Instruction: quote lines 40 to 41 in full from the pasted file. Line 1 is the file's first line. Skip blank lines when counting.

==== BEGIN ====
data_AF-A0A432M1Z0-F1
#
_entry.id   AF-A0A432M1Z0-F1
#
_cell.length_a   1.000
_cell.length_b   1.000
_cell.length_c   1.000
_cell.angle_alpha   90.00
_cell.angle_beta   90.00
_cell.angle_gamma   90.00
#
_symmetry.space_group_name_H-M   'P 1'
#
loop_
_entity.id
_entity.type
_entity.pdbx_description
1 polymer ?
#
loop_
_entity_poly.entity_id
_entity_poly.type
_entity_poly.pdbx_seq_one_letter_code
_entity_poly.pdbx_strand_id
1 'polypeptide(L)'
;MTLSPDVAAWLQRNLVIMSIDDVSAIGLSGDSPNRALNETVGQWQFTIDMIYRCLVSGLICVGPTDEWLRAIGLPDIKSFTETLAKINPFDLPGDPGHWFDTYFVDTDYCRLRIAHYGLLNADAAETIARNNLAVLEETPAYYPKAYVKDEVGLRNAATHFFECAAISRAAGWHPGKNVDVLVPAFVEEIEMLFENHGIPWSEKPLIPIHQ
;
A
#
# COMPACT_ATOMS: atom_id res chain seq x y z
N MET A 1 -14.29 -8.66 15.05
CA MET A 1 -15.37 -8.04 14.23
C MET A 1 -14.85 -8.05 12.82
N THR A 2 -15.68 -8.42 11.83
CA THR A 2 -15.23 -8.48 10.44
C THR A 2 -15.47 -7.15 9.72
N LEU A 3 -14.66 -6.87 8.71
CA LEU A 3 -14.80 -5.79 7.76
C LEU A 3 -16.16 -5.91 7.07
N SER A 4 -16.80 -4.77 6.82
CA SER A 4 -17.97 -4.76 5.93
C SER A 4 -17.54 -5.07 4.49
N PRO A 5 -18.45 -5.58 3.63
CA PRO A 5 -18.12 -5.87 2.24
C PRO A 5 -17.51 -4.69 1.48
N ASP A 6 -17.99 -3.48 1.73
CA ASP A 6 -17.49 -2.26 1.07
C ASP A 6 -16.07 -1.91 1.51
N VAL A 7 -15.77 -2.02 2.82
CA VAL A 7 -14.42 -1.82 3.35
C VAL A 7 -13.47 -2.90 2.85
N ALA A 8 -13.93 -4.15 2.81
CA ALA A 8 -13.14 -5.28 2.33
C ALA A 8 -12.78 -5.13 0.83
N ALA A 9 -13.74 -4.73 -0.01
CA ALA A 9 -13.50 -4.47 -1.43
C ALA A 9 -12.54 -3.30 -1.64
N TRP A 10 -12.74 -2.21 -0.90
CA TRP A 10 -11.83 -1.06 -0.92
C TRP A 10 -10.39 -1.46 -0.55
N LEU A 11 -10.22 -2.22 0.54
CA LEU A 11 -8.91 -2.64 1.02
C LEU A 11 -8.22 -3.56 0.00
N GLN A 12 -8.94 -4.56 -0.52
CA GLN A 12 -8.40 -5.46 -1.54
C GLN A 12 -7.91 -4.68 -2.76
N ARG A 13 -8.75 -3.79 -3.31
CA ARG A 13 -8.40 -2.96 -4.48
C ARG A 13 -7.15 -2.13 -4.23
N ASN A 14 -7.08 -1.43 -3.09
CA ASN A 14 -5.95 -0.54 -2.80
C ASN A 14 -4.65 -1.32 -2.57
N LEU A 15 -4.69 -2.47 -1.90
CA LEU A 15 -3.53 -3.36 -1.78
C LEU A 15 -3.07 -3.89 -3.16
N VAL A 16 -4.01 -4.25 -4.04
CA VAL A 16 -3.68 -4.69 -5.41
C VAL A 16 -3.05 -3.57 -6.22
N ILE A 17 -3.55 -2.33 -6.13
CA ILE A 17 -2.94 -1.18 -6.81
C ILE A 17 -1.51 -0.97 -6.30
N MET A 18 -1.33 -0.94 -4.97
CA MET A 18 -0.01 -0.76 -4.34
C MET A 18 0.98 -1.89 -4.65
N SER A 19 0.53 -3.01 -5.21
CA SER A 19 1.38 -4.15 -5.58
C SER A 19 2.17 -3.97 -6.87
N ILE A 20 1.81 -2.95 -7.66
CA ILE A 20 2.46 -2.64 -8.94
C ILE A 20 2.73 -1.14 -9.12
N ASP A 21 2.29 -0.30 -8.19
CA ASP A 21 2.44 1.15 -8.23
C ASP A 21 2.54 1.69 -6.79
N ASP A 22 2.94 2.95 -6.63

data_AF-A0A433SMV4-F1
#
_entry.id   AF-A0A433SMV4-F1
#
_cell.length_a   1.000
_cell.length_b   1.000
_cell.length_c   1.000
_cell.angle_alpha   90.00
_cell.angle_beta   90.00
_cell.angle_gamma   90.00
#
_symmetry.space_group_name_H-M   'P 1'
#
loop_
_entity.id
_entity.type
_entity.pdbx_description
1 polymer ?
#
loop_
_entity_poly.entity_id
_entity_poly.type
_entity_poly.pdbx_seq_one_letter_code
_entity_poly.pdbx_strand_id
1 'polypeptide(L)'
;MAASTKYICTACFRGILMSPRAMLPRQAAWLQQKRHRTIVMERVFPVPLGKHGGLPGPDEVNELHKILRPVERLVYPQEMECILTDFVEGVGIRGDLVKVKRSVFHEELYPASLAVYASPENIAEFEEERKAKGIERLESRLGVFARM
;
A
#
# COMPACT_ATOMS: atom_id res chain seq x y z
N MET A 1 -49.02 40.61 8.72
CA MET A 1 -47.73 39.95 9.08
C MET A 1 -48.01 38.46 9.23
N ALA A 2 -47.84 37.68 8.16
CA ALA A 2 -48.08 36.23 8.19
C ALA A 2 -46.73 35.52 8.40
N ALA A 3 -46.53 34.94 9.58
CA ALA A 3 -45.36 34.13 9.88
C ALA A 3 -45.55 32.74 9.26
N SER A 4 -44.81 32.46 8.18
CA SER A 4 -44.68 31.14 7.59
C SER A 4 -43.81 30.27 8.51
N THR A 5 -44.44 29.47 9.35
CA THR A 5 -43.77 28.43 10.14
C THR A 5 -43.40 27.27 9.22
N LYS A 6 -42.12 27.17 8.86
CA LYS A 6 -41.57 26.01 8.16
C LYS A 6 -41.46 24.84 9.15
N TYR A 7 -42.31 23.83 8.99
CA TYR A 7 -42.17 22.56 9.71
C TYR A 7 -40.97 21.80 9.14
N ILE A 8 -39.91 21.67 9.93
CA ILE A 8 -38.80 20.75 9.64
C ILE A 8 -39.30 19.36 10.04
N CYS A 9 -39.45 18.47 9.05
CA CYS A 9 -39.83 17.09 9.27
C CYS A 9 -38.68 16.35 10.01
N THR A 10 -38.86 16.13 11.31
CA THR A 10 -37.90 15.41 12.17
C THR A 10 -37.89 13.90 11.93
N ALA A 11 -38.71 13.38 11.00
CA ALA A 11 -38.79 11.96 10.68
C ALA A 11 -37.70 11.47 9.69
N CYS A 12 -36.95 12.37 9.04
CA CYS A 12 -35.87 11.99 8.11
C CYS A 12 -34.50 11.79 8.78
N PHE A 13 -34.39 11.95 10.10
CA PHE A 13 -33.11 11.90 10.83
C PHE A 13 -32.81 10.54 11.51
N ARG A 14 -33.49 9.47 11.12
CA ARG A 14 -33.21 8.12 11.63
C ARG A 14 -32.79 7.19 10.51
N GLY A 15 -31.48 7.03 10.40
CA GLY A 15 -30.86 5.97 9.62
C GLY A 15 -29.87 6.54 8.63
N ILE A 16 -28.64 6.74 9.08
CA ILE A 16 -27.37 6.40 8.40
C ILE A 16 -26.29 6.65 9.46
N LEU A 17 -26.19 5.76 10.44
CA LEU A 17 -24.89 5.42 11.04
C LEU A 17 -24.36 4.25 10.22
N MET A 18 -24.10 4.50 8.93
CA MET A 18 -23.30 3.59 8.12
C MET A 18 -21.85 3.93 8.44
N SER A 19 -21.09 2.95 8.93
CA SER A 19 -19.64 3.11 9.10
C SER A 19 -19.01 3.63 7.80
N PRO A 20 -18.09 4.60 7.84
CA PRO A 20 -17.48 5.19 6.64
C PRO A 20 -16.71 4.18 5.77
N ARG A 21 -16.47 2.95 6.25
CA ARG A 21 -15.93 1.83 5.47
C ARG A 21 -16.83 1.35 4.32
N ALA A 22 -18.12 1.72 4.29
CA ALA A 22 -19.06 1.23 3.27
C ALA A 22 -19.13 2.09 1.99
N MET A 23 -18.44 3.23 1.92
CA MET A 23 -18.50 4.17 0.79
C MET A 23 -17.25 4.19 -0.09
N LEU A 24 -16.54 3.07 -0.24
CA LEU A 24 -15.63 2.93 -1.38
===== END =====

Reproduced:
N SER A 4 -16.80 -4.77 6.82
CA SER A 4 -17.97 -4.76 5.93